Friday, January 15, 2010


We walk by him twice. First, going to lunch at the Carleton House and then coming back.
"Spare change?"
He's tall and achingly thin, with a scruffy beard and beat out clothes.
Krista says, "I'm sorry, I have nothing."
I say, barely looking, "nosorry."

Later, when I run out to pick up coffee at Sam's Macchiato, I pass him again, and he asks again.
"nosorry," I say. But a foot or two later, it bothers me. How the two words have grown into one, and how I don't even look.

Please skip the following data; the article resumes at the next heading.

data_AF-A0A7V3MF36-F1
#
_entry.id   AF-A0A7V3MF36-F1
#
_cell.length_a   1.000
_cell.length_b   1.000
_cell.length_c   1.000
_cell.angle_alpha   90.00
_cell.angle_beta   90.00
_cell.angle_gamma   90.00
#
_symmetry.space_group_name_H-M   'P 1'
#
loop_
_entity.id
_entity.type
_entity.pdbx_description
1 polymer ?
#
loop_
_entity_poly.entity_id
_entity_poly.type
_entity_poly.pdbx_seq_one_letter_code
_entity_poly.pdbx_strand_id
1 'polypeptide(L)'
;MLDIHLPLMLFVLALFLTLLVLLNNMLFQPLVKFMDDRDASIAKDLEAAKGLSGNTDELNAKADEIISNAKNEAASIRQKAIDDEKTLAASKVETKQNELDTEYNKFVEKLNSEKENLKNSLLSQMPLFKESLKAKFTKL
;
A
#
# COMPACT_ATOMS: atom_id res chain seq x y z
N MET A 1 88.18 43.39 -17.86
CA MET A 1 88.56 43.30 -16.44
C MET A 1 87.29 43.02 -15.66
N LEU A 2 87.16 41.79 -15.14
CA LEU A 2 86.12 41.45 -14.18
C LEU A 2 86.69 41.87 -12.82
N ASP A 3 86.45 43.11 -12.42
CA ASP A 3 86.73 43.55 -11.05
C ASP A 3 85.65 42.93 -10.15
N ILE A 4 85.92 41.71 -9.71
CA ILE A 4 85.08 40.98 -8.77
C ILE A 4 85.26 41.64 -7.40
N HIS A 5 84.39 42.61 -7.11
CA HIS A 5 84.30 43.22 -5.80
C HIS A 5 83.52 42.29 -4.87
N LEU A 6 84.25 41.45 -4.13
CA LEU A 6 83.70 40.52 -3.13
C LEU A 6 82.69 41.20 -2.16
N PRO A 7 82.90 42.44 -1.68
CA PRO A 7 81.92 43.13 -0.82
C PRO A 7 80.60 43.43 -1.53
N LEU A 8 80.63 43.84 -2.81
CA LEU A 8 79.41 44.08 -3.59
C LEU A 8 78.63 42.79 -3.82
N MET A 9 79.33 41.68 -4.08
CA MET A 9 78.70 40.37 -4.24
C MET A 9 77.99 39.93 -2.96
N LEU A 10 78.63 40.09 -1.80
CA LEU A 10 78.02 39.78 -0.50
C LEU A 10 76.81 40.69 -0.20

"Wait." I fumble in my purse and pull out a one and two dollar coin.
"Thanks," he says. His smile is genuine and a little shy. "You know, I was schizophrenic all my life," he tells me, "and I've got new meds now. I used to think people were talking about me all the time. And now that's gone away."

He sighs happily, "Reality," he says, "is so much quieter and easier."

"I'm so glad for you." I look into his eyes and smile and speak the words one at a time.